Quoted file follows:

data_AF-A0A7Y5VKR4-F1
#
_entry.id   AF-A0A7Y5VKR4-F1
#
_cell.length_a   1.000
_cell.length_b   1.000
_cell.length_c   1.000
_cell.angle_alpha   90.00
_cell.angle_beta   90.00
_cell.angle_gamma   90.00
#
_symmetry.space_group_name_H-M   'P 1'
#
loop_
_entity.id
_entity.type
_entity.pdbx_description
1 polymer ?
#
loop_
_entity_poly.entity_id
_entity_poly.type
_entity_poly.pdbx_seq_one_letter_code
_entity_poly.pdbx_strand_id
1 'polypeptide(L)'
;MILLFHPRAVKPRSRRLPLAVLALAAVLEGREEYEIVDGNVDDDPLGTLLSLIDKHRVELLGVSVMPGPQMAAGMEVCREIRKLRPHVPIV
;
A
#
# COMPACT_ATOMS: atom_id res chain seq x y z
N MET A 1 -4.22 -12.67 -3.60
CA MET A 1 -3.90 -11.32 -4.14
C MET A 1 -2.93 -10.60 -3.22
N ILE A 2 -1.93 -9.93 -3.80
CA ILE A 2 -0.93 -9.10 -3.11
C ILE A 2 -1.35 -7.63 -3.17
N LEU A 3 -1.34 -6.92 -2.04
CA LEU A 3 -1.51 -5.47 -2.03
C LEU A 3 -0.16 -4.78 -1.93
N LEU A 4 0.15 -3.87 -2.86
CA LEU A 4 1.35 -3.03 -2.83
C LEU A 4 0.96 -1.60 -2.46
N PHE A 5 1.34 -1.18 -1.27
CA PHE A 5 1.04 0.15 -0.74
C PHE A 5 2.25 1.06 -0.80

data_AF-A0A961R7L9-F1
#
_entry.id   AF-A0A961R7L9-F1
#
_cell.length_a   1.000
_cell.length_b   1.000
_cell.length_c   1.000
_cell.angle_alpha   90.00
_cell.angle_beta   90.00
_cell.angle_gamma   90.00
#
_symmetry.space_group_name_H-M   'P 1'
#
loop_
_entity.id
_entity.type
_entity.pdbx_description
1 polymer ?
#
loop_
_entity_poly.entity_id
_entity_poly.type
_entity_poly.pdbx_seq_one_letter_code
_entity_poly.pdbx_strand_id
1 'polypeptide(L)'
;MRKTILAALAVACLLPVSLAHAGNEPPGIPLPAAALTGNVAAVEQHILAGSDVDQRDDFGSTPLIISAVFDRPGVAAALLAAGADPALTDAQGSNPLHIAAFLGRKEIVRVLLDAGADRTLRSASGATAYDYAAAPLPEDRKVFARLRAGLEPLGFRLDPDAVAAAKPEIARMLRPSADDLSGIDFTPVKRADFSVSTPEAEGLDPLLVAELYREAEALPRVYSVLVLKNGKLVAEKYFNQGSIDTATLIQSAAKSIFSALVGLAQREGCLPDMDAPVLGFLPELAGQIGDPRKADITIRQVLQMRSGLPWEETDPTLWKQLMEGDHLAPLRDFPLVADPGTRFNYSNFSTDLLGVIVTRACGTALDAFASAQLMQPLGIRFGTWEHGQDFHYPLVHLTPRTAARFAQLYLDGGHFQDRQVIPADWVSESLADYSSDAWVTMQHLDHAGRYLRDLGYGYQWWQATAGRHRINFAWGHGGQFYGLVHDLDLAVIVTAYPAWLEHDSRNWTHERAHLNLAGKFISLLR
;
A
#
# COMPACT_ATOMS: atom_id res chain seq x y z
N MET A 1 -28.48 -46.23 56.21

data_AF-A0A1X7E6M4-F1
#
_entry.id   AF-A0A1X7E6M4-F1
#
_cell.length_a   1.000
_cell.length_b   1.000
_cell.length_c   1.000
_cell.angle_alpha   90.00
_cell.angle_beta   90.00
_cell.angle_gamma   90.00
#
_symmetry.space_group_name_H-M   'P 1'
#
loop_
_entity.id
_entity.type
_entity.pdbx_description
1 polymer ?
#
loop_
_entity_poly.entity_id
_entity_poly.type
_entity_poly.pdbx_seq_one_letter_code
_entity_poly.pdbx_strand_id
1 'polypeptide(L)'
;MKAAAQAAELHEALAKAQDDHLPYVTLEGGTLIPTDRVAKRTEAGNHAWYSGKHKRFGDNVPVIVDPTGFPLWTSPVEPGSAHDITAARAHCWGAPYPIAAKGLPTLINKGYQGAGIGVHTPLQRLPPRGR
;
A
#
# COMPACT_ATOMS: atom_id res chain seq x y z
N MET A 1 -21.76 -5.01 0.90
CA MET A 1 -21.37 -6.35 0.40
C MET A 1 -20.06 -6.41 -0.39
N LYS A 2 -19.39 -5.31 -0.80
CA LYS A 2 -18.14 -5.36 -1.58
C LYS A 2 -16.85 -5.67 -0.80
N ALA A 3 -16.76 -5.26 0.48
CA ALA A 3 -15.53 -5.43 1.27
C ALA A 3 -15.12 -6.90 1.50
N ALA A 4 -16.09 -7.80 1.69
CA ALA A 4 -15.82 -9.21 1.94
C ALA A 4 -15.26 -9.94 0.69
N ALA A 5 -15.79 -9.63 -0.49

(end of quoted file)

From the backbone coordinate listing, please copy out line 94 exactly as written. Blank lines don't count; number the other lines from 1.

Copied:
1 polymer ?